FIG. 11 is a schematic block diagram of the image input unit according to embodiment 2 of the present invention;
FIG. 12 is a view explaining the image input unit according to embodiment 2 of the present invention in use;
FIG. 13 is a view explaining the image input unit according to embodiment 2 of the present invention in use;
FIG. 14 is a view explaining the method of specifying the position of the image input unit according to embodiment 2 of the present invention;
FIG. 15 is a view explaining another method of specifying the position of the image input unit according to embodiment 2 of the present invention;
FIG. 16 is a view explaining another method of specifying the position of the image input unit according to embodiment 2 of the present invention;
Now, an embodiment of the present invention will be described using the drawings.
The device and method relating to the present embodiment includes image input and synthesis functions, a database building function and an application.
Image input and synthesis functions are realized for example by transmitting video images captured by a digital video recorder to a computer and preparing the data of a single, long and narrow continuous image. This is automatically processed without requiring correction of the image nor adjustment of the recording format, etc.
The database building function is to manage a database containing the obtained and processed data on an Internet server. It is possible to set up links between the data and two-dimensional map data, and to manage subsequently added data in integration with existing data.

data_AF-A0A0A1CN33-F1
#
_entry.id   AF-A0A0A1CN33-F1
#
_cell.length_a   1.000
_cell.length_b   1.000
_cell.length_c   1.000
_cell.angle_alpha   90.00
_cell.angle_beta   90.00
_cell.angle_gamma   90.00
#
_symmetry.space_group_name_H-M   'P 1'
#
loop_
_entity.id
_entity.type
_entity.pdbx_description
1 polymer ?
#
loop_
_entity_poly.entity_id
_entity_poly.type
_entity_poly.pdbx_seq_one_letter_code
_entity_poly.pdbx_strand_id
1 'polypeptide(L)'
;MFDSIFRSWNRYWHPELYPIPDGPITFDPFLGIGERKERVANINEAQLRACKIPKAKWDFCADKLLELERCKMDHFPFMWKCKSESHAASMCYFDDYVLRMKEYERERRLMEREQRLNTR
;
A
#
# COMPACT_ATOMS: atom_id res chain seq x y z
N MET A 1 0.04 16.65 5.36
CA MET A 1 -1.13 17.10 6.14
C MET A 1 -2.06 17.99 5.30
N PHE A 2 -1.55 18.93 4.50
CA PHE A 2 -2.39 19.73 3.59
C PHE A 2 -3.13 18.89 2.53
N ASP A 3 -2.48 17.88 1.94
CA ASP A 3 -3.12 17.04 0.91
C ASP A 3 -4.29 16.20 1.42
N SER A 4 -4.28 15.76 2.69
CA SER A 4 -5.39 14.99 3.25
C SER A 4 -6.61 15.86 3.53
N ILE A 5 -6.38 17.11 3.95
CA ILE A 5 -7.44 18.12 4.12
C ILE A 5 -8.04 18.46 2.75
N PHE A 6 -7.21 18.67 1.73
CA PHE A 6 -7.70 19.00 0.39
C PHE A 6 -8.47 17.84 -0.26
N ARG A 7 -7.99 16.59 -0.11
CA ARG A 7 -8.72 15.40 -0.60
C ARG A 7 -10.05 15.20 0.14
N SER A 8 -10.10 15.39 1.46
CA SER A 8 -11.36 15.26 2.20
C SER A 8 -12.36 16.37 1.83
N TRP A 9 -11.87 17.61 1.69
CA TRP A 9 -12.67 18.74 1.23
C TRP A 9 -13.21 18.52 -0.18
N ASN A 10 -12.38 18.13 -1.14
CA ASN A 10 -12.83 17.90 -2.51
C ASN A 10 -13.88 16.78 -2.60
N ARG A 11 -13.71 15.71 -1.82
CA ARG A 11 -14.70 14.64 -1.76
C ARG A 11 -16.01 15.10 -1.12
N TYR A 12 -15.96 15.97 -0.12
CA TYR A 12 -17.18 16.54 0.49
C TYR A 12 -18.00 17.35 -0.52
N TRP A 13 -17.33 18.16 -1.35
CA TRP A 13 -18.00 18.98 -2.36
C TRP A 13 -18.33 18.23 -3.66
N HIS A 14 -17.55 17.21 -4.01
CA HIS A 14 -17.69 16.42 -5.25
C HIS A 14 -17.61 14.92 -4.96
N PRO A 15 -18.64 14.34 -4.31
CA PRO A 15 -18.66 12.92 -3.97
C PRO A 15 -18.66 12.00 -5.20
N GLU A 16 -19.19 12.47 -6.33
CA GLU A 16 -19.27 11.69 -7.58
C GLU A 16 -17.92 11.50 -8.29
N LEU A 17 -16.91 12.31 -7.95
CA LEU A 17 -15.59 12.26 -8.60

The applications are devices and software for accessing data in a server via a browser, indicating, searching or updating such data by combining various search conditions, and pasting text data and data links to other programs for example as hyper-text onto such data, etc.
FIG. 1 shows the schematic structure of an image input unit according to the present embodiment. Video camera 1 through video recorder (VTR) 5 are mounted on cars that are not illustrated. Video camera 1 is provided for example on the side of the car in order to capture the object to be captured, such as a bridge, road or slope face in its entire size while the car is running. When, for example, capturing a road from aerial survey, the device in FIG. 1 is mounted on an airplane and video camera 1 is placed with its lens downward.